By Carol Glatz, Catholic News Service
Jesus astonished people with the way he taught and interacted with others because he wasn't aloof, domineering or hypocritical, Pope Francis said in a homily.
‘Jesus wasn't allergic to people. Touching lepers, the sick did not disgust him,’ whereas the Pharisees — who strolled around in fine clothes — looked down on the people and considered them ignorant, he said at the Mass on 10 January in the chapel of his residence.
‘They were removed from the people, they weren't close,’ the pope said of the Pharisees. ‘Jesus was very close to the people and this gave him authority.’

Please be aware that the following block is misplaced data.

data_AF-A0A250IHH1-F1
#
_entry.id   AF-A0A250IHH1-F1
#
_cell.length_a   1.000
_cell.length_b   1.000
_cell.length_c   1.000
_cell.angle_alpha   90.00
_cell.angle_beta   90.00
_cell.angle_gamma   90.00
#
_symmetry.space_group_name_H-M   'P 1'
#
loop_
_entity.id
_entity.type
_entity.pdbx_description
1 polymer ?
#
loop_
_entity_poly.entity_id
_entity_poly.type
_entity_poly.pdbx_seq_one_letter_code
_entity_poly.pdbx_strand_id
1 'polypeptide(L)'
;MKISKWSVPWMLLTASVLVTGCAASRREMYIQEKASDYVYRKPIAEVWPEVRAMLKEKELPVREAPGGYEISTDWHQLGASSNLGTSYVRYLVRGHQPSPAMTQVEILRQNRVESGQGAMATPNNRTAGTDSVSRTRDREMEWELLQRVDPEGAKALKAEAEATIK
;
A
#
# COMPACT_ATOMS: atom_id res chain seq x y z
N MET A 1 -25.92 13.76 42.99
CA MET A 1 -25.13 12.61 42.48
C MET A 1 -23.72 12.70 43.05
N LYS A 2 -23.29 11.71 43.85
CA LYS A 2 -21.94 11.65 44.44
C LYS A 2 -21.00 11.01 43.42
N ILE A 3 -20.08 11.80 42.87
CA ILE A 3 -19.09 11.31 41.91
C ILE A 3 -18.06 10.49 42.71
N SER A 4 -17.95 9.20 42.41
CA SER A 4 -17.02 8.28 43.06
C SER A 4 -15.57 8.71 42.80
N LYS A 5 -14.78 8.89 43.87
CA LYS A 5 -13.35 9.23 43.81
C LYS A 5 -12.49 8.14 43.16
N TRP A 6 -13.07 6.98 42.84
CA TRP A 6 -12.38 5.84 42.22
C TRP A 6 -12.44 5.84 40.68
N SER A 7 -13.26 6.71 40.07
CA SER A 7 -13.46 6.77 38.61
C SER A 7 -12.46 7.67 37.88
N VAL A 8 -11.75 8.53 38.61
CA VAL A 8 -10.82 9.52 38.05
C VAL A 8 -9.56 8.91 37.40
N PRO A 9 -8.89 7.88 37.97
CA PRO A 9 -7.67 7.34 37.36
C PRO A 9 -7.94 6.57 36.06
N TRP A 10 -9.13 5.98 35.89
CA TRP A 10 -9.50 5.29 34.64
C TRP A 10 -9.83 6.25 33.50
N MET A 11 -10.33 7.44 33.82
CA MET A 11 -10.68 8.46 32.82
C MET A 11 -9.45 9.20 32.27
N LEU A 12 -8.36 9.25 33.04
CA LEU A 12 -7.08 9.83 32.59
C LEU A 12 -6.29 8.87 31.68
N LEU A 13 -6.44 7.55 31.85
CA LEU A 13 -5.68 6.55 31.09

The pope's homily centred on the day's Gospel reading (Mk 1:21-28) in which people gathered at the synagogue in Capernaum ‘were astonished’ at Jesus' teaching because he displayed an authority that differed so greatly from that of the scribes.
The people would listen to and be respectful toward the doctors of the law and the scribes, but the people didn't take what they said ‘to heart,’ he said. These teachers felt themselves superior, as if to say: ‘We are the teachers, the princes and we teach you. No service. We command, you obey,’ the pope said. But Jesus ‘never passed himself off as a prince. He was always the servant of everyone and this is what gave him authority.’
The traditional teachers were hypocrites, declaring the truth, but not doing what they preached, Pope Francis said. Jesus ‘lived what he preached,’ he said, representing the harmonious union of ‘what he thought, felt and did.’
‘Jesus, who is humble, who is at the service (of others), who is near, who doesn't despise people and who is consistent, has authority,’ the pope said. ‘This is the authority that the people of God sense.’